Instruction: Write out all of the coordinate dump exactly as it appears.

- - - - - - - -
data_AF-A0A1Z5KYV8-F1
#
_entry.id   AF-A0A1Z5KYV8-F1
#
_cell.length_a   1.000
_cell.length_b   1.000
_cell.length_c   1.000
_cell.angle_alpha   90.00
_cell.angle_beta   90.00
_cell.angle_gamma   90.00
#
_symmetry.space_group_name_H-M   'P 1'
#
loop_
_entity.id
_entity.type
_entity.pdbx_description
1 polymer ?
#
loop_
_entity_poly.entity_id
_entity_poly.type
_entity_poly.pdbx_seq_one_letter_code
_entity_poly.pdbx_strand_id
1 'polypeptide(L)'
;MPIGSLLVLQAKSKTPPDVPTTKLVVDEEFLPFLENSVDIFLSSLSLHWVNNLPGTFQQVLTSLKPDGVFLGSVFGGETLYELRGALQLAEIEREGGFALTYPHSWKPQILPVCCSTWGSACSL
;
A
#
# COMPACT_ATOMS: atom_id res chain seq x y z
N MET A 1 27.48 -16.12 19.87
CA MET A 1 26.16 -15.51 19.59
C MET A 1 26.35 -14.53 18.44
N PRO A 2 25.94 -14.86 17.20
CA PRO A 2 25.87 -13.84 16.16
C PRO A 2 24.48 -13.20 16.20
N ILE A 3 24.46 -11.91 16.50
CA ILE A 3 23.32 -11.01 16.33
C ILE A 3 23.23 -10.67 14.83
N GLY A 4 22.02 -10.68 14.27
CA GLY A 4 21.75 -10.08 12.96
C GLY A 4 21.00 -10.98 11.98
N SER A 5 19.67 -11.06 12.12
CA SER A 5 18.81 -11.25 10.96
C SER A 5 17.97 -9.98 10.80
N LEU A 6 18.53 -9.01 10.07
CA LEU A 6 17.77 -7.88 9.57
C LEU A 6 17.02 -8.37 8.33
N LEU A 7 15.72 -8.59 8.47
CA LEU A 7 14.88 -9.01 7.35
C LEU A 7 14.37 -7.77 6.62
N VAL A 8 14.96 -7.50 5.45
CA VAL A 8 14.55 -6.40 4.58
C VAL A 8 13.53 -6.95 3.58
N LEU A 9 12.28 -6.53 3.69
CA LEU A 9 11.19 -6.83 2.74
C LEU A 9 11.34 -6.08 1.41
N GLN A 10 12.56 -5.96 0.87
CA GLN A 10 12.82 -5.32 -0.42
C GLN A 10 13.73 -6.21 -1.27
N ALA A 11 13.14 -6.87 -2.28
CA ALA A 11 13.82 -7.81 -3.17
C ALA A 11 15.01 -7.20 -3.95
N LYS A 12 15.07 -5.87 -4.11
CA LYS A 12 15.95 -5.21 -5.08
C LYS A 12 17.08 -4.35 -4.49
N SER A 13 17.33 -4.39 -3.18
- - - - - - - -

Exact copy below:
data_AF-A0A1Z5KYV8-F1
#
_entry.id   AF-A0A1Z5KYV8-F1
#
_cell.length_a   1.000
_cell.length_b   1.000
_cell.length_c   1.000
_cell.angle_alpha   90.00
_cell.angle_beta   90.00
_cell.angle_gamma   90.00
#
_symmetry.space_group_name_H-M   'P 1'
#
loop_
_entity.id
_entity.type
_entity.pdbx_description
1 polymer ?
#
loop_
_entity_poly.entity_id
_entity_poly.type
_entity_poly.pdbx_seq_one_letter_code
_entity_poly.pdbx_strand_id
1 'polypeptide(L)'
;MPIGSLLVLQAKSKTPPDVPTTKLVVDEEFLPFLENSVDIFLSSLSLHWVNNLPGTFQQVLTSLKPDGVFLGSVFGGETLYELRGALQLAEIEREGGFALTYPHSWKPQILPVCCSTWGSACSL
;
A
#
# COMPACT_ATOMS: atom_id res chain seq x y z
N MET A 1 27.48 -16.12 19.87
CA MET A 1 26.16 -15.51 19.59
C MET A 1 26.35 -14.53 18.44
N PRO A 2 25.94 -14.86 17.20
CA PRO A 2 25.87 -13.84 16.16
C PRO A 2 24.48 -13.20 16.20
N ILE A 3 24.46 -11.91 16.50
CA ILE A 3 23.32 -11.01 16.33
C ILE A 3 23.23 -10.67 14.83
N GLY A 4 22.02 -10.68 14.27
CA GLY A 4 21.75 -10.08 12.96
C GLY A 4 21.00 -10.98 11.98
N SER A 5 19.67 -11.06 12.12
CA SER A 5 18.81 -11.25 10.96
C SER A 5 17.97 -9.98 10.80
N LEU A 6 18.53 -9.01 10.07
CA LEU A 6 17.77 -7.88 9.57
C LEU A 6 17.02 -8.37 8.33
N LEU A 7 15.72 -8.59 8.47
CA LEU A 7 14.88 -9.01 7.35
C LEU A 7 14.37 -7.77 6.62
N VAL A 8 14.96 -7.50 5.45
CA VAL A 8 14.55 -6.40 4.58
C VAL A 8 13.53 -6.95 3.58
N LEU A 9 12.28 -6.53 3.69
CA LEU A 9 11.19 -6.83 2.74
C LEU A 9 11.34 -6.08 1.41
N GLN A 10 12.56 -5.96 0.87
CA GLN A 10 12.82 -5.32 -0.42
C GLN A 10 13.73 -6.21 -1.27
N ALA A 11 13.14 -6.87 -2.28
CA ALA A 11 13.82 -7.81 -3.17
C ALA A 11 15.01 -7.20 -3.95
N LYS A 12 15.07 -5.87 -4.11
CA LYS A 12 15.95 -5.21 -5.08
C LYS A 12 17.08 -4.35 -4.49
N SER A 13 17.33 -4.39 -3.18